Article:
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[tor-talk] Talking to users

On July 4th, with svn commit r24859, I put the official tor phone number on the 
'Contact Us' page.  This same phone number has been on the press page for 
ages.  I did this to see what would happen, and to give people an obvious way 
to call us.  I've heard from a number of people over the past year that they 
wish there was a way to call Tor and ask a question.  Perhaps this is a larger 
sign of our website and documentation needing help. Perhaps some people just 
like to talk on the phone.  

The phone rings about twice a day on average.  I've had some great 
conversations with people, ranging from victims of cyberstalking, to law 
enforcement, and many regular people with questions.  I also talked someone 
who wanted to know if tor could help them resist the 'smart dust' from the cia 
being blown into their central air system to implant false memories to 
convince them they are not an actual time traveler from centuries in the 
future.  The good news is, something like tor is wildly popular in the 2400s.

I've also pointed a few people at various relakks and ipredator, because they 
didn't care about anonymity, just geolocation and circumvention for various 

There have been some tickets created as a result of these phone calls:

* https://trac.torproject.org/projects/tor/ticket/3558
* https://trac.torproject.org/projects/tor/ticket/3559
* https://trac.torproject.org/projects/tor/ticket/3570

One set of tickets came from a 30 minute conversation with someone:

* https://trac.torproject.org/projects/tor/ticket/3590
* https://trac.torproject.org/projects/tor/ticket/3593
* https://trac.torproject.org/projects/tor/ticket/3592

The top three complaints so far have been:

1. Tor is too complex.  
2. Lack of Adobe Flash breaks too many websites.
3. Tor's documentation is too hard to find on the Internet.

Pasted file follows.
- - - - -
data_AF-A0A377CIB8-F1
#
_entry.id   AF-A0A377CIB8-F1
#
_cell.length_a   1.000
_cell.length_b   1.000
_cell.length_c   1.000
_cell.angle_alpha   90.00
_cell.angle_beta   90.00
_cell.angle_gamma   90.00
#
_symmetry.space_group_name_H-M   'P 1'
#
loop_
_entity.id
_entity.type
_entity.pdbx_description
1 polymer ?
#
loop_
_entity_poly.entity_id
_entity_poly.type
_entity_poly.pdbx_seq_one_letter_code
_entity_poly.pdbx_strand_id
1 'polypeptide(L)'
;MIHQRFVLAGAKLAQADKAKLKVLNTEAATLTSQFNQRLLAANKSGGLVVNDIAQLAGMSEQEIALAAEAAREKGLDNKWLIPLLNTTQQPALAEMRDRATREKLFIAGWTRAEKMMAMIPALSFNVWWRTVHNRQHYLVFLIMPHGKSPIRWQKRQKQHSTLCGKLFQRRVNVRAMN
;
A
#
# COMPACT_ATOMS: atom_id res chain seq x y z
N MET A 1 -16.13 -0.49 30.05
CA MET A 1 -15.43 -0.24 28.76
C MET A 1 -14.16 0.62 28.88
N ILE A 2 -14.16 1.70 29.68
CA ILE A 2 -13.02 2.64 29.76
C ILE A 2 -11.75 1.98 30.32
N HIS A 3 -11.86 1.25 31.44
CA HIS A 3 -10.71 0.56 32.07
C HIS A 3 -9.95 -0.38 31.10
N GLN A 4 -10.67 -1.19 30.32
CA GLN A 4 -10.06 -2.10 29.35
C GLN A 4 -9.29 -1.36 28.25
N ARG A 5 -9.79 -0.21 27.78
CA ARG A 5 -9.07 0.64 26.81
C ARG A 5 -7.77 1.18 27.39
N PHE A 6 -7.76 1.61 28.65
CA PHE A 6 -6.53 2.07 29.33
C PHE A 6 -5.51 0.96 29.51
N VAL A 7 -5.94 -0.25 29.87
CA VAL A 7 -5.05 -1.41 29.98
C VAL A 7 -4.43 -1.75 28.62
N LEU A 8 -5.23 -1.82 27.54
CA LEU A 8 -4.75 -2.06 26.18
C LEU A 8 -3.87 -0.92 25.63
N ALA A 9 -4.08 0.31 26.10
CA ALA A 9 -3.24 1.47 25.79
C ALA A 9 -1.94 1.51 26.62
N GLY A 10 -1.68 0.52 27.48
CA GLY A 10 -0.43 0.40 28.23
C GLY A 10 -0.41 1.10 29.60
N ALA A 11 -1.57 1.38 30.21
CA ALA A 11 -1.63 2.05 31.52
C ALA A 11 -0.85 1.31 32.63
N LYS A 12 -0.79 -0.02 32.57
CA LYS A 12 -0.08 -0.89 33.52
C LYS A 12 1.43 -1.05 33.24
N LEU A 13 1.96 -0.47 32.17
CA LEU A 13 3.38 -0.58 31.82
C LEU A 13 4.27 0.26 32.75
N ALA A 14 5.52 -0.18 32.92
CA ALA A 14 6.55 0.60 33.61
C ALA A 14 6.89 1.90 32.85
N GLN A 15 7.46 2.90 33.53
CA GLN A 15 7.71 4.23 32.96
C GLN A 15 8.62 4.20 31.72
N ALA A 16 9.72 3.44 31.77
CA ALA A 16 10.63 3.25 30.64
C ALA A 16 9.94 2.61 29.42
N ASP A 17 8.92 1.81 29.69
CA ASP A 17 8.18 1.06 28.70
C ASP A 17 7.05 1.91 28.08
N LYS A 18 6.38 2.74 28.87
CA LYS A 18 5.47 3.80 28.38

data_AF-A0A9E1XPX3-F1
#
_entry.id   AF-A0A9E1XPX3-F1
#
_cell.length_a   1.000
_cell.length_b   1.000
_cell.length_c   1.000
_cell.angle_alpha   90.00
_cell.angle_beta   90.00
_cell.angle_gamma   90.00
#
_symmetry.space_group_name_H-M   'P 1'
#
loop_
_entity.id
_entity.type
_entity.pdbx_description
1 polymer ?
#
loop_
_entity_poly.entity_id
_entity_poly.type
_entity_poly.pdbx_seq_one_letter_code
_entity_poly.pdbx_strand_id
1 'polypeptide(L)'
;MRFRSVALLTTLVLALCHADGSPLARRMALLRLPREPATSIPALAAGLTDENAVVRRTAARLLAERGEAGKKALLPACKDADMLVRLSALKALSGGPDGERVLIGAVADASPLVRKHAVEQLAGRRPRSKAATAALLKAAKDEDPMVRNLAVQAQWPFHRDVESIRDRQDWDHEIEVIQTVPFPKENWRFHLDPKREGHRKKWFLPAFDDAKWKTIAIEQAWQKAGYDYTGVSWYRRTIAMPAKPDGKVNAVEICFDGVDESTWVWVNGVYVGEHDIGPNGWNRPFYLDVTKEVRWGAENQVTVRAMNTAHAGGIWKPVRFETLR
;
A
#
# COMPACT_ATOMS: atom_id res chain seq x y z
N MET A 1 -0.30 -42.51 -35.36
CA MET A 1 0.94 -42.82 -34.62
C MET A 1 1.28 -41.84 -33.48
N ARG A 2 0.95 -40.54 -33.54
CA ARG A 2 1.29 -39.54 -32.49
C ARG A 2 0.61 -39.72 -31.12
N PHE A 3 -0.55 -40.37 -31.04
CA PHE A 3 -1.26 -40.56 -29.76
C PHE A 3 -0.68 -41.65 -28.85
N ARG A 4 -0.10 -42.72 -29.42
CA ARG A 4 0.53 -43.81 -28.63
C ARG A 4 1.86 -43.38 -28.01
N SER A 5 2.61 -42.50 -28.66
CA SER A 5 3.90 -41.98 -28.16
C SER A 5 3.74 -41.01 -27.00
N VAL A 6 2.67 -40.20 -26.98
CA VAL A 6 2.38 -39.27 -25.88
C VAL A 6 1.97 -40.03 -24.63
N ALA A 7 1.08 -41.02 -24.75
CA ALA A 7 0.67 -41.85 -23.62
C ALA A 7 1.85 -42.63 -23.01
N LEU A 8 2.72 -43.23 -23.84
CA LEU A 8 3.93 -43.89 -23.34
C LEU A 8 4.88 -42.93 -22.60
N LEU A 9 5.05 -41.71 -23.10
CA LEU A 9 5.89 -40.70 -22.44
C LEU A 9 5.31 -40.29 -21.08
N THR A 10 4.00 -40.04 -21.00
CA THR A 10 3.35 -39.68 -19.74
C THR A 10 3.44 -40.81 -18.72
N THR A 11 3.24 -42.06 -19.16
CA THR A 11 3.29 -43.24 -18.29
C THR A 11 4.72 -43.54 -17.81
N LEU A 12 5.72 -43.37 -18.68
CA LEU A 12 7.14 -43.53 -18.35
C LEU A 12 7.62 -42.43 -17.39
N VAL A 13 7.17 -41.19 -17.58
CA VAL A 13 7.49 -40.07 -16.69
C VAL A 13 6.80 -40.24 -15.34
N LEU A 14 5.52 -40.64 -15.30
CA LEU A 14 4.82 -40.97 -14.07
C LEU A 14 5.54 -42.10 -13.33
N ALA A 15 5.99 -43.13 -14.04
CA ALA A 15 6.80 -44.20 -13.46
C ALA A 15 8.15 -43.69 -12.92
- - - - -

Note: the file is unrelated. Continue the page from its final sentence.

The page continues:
Here are my general impressions on the complaints.

*Tor is too complex.* Most of the people don't care about Tor per se. They 
care about using Tor as a tool to get some task or function done.  In most 
cases, this is protecting their identity online.  They don't want to buy in to 
Tor, join our religion, nor subscribe to our newsletter.  They just want to 
use it and not have to worry about it.  The exceptions to this were the 
cyberstalking victim and the law enforcement officer.  Both felt Tor was too 
complex, but cared very much about Tor as more than just a tool.  Neither 
realized the Tor Browser Bundle existed.

*Lack of Adobe Flash breaks too many websites.*  People use Tor to circumvent 
censorship to watch cats on YouTube and other video sites.  Apparently people 
also use Tor for Facebook and a number of other sites that require Flash to be 
functional.  One person told me that the risk of a rogue Flash app disclosing 
their identity is acceptible over Tor.  The flash cookie problem is 'easily 
taken care of by plugins, dude'.  I'm sensing that Flash is the main reason 
people start with TBB and then move on to installing Tor locally; and finding 
it complex and difficult to configure.  Perhaps the sandboxing technology we're 
using in the OS X TBB will make its way into Windows and Linux soon.

*Tor's documentation is too hard to find on the Internet.*  I agree.  I have 
trouble finding the docs and various configuration parameters needed.  This is 
even more the case when someone is on the phone asking a question.  Clearly we 
need to improve this for everyone.  Our docs are scattered across git, svn, 
website, trac tickets, and wiki links.  Maybe one central location that pulls 
all of this into some coherent page would be a good first step. Maybe a search 
crawler that worked well would be also be a good step.

I welcome feedback and comments.


pgp 0x74ED336B
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